And yet, history is important.  There’s a difference between a society where some citizens are lower class because they have slowly evolved to be that way over time, and one where some citizens are lower class due to conquest.

That’s an extreme example, of course, but the point is that history matters.

This article in the New Scientist is what sparked the thought in my brain.  It’s part of a series about inequality.  The author is suggesting that unequal societies are inherently more unstable, which causes them to put more emphasis on expanding – which spreads the inequality.

On a side note, like many internet articles, the comments section is almost as entertaining as the article itself.  In particular the number of comments which “breached the terms of use and have been removed”.  You know an article has hit a nerve when that happens!

The trouble with science is that sometimes it gets in the way.  Take for example a popular science fiction trope – going “out of phase”.  In essence, the protagonist has a gadget or a power caused by radiation or some similar thing, and they become able to pass their hands through solid objects.  Sometimes nobody can see them, sometimes it only works when they want it to.

Pretty useful, right?  You can stick your head through walls to check what’s on the other side, get into places that are locked, and if you’re invisible you can listen to all sorts of conversations that you shouldn’t.

However, the problem with it was ably demonstrated by “Wormhole X-treme”, an episode of Stargate SG-1 in which Martin Lloyd, an alien TV producer, has started a show based on the secret government project.  In this scene, one of the actresses is questioning him and the director about her character’s plot.

REESE Ah I’m having a little trouble with Scene 27. It says that I’m out of phase which means I can pass my hand through solid matter or I can walk through walls.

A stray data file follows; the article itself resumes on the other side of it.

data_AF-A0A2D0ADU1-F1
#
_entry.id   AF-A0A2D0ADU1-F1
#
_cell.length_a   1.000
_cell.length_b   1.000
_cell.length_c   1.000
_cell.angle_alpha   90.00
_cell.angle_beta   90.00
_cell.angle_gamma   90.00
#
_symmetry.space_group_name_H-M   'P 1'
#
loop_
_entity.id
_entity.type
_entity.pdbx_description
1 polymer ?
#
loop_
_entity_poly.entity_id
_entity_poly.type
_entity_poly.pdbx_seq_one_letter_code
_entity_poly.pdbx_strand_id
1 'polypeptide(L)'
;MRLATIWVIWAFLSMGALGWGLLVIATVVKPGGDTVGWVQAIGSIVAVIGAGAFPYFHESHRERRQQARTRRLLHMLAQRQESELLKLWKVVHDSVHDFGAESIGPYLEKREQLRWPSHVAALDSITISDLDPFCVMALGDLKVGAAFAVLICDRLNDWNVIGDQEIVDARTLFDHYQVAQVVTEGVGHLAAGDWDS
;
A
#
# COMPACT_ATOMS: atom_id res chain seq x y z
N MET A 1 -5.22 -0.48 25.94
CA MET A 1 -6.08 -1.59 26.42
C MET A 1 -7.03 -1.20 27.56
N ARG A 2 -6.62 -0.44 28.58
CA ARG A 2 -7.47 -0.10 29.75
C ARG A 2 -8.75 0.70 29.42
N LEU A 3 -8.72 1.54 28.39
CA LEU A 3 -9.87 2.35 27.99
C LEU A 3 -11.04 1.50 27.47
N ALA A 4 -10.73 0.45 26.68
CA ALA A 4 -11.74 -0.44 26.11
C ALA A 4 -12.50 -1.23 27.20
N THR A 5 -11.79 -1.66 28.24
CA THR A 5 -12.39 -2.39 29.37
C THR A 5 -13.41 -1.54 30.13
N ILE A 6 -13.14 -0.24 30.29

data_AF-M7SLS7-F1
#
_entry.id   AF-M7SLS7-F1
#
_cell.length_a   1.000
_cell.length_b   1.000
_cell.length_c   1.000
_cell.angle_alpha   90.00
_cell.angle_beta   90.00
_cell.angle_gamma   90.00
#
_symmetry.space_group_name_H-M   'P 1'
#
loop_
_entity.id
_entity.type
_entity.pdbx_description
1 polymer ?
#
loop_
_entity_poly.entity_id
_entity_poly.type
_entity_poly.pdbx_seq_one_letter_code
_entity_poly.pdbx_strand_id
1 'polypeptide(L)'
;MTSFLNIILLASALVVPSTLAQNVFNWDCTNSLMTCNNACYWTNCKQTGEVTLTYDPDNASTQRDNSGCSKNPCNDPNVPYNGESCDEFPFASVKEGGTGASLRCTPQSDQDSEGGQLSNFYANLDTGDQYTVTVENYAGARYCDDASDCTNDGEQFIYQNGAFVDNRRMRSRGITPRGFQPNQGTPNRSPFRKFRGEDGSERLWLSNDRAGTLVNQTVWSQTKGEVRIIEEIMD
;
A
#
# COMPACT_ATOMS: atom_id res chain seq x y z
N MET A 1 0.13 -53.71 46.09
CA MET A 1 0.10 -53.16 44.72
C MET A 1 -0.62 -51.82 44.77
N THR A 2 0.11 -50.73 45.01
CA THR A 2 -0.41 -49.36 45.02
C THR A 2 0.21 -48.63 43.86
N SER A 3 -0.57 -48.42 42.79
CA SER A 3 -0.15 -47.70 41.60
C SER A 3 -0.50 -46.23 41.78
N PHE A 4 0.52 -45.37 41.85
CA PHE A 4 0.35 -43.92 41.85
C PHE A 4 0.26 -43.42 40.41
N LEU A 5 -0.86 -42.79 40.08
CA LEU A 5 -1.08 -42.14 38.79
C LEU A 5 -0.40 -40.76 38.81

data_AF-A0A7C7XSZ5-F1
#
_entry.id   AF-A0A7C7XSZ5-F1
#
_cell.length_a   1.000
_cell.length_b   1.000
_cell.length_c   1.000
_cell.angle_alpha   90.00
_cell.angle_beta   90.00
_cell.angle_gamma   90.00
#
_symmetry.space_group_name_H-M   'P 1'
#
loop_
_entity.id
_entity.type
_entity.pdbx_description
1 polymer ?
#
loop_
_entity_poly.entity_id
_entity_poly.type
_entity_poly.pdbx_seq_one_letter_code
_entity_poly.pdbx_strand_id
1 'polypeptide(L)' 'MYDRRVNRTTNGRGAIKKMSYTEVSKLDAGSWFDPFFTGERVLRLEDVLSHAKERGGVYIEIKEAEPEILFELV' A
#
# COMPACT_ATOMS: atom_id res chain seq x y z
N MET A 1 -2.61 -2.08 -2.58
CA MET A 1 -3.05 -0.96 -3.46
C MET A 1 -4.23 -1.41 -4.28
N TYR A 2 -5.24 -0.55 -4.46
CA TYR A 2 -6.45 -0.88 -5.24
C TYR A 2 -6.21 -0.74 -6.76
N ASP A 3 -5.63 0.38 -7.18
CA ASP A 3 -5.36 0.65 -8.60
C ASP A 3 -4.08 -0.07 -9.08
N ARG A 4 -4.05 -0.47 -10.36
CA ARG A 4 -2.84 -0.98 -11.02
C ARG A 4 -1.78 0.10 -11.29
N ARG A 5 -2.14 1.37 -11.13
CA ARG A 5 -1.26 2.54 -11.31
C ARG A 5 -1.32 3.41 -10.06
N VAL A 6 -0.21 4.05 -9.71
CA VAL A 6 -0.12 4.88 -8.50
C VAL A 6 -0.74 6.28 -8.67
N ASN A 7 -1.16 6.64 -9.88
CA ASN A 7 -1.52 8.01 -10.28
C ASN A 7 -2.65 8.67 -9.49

DELUISE Yeah. Cause you’re out of phase.

MARTIN Exactly.

REESE How come I don’t fall through the floor?

Martin and Peter stop. They look at each other and then back to Reese.

MARTIN We’re gonna have to get back to you on that one.

Floors (and ceilings) are made of matter.  If you can’t interact with it, then one of two things should happen.  Either gravity still affects you, and you fall to the centre of the Earth, where you are trapped forever, slowly starving to death (because you can’t interact with the hot magma on the way, so you don’t die, and you can’t interact with food either), or gravity doesn’t affect you, in which case you go spinning off into space as the Earth continues its orbital path.

In either case, the outcome is not good for you.


Would you consider buying a dress with litter sewn into it?  How about a hat made from dismembered Barbie legs?  No?  Not even if they were arranged like a mohican?

It’s the latest fashion trend, and once again I am confirmed in my belief that fashion is dumb.
But it does make an interesting thought – when you’re writing books about the future, how much do you think about the fashion?  Not just catwalk styles, but the everyday clothes that all of your characters wear?